Remove the old storm window, if any, and scrape, prime, and paint exterior trim, if necessary.

How to Stuff insulation into area around window through pulley holes and weight access holes, using the parting bead to reach tight spots. Reattach access panels.

Remove header on new window and put thin strip of insulation under it. Hold new sill expander against your exterior trim, mark edges with pencil, then notch trim using utility knife. Slip or snap expander onto bottom of window.

Insert window into opening, bottom first. Remove balance covers, the thin strips along sides of the window, to expose screw holes. If replacement window is vinyl, shim it to level using level and built-in shim screws on each side; if it’s wood, use wooden shims.

Once window is in place, use screw gun to drive window’s top screws into wall first, followed by the bottom ones. “Just snug them to the window,” Jackson says. Too much pressure can skew the window out of plumb. Replace balance covers and run bead of caulk along inside and outside of window. Cut top stop to fit, and then reinstall it and the two side stops.

Watch for smashed fingers. “Always hold the top sash up with one hand when unlocking an old window,” Jackson says. “Otherwise, it might shoot down like a guillotine.”

Insider’s tip Jackson always locks the new window before putting it in place. “That way I know it’s staying square and true,” he says.
Refinish a hardwood floor

Consulting expert: Gareth Higgins, owner, Higgins Floors, Brighton, 617-254-2558,

Estimated cost: $100 to $150

Difficulty rating: 4 out of 5


  • square buff sander (rent from home improvement store)
  • buffer pad that fits the machine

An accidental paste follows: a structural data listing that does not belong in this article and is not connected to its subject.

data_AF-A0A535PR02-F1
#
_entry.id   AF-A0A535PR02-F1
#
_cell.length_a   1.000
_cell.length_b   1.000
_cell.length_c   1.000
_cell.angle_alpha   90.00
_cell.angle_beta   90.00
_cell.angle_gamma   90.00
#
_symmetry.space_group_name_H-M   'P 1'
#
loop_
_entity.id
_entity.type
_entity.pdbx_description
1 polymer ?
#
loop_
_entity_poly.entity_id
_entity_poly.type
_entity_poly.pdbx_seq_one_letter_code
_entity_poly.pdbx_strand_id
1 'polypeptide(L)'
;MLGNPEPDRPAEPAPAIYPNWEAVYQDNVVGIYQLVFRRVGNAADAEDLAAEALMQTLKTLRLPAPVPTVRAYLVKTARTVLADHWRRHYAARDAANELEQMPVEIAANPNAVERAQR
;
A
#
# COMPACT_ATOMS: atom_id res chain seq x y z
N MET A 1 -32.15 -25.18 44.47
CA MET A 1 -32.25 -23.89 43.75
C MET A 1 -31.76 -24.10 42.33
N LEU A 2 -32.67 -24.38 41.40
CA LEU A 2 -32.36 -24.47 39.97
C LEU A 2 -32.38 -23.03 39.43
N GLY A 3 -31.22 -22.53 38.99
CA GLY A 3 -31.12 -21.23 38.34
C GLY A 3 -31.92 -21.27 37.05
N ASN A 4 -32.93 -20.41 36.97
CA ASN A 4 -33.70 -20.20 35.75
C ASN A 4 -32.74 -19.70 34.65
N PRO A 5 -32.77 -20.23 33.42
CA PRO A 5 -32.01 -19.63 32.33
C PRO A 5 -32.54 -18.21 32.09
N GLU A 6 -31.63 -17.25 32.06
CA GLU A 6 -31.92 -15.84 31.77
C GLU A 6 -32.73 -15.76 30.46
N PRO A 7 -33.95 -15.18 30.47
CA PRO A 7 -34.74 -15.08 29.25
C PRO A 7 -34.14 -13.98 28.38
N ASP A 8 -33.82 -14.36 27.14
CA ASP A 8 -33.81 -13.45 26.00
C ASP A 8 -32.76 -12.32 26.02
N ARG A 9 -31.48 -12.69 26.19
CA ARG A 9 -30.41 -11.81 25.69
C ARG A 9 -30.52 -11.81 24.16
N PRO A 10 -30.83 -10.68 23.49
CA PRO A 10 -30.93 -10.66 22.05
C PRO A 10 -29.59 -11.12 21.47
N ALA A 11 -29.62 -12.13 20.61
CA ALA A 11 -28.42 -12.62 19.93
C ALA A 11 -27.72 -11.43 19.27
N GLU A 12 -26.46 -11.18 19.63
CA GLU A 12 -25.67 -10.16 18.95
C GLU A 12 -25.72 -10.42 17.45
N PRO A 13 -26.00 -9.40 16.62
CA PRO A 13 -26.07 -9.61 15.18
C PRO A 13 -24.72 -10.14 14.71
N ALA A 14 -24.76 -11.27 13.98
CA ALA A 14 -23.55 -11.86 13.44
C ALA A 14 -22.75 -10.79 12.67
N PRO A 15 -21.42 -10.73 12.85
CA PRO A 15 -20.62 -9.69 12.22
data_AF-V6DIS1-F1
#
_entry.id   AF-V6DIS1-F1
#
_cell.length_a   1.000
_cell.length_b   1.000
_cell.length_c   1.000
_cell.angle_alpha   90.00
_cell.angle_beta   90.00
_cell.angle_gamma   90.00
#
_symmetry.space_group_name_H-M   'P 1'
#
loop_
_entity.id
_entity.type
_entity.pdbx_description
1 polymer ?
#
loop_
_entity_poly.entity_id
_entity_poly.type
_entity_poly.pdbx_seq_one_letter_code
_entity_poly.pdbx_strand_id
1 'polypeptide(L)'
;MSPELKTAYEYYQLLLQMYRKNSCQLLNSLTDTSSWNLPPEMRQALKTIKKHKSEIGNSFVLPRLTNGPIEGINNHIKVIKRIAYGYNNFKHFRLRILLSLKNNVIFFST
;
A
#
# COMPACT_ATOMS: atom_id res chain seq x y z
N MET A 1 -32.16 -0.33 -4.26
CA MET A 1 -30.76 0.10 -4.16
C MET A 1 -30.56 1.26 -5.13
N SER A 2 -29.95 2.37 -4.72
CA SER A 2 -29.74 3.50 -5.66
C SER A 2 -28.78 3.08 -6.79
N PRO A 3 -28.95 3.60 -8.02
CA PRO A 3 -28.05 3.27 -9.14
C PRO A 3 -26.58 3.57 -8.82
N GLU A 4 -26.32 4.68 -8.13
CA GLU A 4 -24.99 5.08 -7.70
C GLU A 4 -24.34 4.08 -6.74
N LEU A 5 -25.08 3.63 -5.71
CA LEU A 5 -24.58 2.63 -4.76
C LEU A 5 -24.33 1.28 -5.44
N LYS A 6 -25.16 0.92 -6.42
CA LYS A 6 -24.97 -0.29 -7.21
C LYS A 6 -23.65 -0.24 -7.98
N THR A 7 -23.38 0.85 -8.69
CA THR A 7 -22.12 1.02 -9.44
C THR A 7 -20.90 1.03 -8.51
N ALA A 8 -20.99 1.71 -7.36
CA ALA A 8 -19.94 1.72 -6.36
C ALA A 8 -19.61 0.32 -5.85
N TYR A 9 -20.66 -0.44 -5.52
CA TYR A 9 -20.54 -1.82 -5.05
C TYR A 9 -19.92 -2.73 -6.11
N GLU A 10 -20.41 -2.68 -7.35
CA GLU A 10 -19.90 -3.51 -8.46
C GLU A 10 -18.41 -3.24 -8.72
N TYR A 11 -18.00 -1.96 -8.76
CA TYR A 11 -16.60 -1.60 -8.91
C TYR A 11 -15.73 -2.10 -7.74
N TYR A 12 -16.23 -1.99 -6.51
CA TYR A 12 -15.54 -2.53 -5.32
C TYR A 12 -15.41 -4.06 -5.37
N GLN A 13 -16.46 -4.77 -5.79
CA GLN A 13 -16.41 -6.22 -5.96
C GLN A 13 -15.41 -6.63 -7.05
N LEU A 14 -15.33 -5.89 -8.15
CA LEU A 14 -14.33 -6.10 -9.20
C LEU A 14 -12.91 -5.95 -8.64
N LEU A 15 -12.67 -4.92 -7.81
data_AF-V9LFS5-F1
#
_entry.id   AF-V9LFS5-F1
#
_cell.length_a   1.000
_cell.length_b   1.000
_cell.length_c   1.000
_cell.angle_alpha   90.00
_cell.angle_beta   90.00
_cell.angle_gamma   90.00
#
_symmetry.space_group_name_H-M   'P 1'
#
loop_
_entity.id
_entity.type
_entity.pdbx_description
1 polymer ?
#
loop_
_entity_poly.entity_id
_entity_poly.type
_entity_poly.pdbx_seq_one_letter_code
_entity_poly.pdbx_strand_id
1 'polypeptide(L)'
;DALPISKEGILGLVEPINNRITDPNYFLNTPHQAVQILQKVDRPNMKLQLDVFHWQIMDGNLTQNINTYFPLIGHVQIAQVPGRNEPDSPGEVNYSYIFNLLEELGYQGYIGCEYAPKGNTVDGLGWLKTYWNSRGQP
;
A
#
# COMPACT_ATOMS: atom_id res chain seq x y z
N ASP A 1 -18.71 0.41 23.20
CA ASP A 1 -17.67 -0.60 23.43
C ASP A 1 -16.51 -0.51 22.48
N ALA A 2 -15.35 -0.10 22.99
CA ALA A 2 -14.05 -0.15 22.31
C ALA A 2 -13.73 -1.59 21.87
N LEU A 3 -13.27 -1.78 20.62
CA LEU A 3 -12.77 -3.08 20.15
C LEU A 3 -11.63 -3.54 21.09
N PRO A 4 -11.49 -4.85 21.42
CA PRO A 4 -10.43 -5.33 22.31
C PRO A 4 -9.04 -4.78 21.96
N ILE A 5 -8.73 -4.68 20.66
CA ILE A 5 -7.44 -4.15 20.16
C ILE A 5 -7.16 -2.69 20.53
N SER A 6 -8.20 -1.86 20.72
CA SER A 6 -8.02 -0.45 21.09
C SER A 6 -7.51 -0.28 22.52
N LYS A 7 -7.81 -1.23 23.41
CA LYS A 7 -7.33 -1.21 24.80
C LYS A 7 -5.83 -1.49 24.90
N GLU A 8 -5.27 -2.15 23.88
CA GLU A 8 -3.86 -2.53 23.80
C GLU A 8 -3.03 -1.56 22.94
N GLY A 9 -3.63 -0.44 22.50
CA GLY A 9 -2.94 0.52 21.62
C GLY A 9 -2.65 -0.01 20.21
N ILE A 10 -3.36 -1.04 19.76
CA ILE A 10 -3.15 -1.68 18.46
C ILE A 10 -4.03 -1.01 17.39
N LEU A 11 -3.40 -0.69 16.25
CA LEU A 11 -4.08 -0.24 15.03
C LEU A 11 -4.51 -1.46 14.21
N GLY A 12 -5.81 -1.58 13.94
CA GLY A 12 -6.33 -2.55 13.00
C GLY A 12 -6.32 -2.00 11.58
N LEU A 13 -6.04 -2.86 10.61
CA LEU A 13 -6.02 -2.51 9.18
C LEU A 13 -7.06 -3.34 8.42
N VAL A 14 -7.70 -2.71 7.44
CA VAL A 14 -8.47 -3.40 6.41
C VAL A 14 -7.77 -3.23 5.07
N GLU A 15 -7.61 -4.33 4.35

• 80- and 120-grit sandpaper
  • mouse sander
  • shop vacuum (rent from home improvement store)
  • tack cloths or rags moistened With mineral spirits
  • 3-inch paintbrush
  • oil-based polyurethane (a gallon covers about 500 square feet)
  • roller pan
  • flat lamb’s wool applicator
Prep work Remove all furniture from room. Seal off doorways to keep dust contained.

How to Attach buffer pad then 80-grit sandpaper to buff sander, then adjust handle to a comfortable level. Turn on buffer and begin sanding, pushing the machine like a lawn mower in the direction of the wood grain. Make sure each pass overlaps the previous one by a few inches. Use mouse sander to get corners. When finished, thoroughly vacuum up dust. Go over entire room again using 120-grit sandpaper. Vacuum again.

On hands and knees, use tack cloths or rags moistened with mineral spirits to get up any remaining dust, dog hair, or other debris. Repeat until tack cloth or rag comes away clean.

Use paintbrush to apply polyurethane to two edges of the floor. “Don’t do all four walls, because you don’t want the poly to dry too quickly,” Higgins says.

Using roller pan and lamb’s wool applicator, begin applying polyurethane to floor in the direction of the wood grain. “Feather in from the side of the room,” says Higgins. “That way you won’t leave any applicator marks.” When you’re about halfway done with the room, edge the other two sides. Let dry for 24 hours before applying second coat and do the same before applying third.

Watch for Tiny bits of debris that can ruin a finish. Change your clothes after sanding but before applying polyurethane, and tuck hair into a net or up into a hat.

Insider tip Before using, rinse the lamb’s wool applicator until fibers stop coming off. Let dry thoroughly.
Put up a cedar fence

Consulting expert: Mike Theriault, director, Reliable Fence Boston, Boston, 800-321-9363,

Estimated cost: about $15 a linear foot

Difficulty rating: 2 out of 5


  • Manual posthole digger or auger (rent from home improvement store)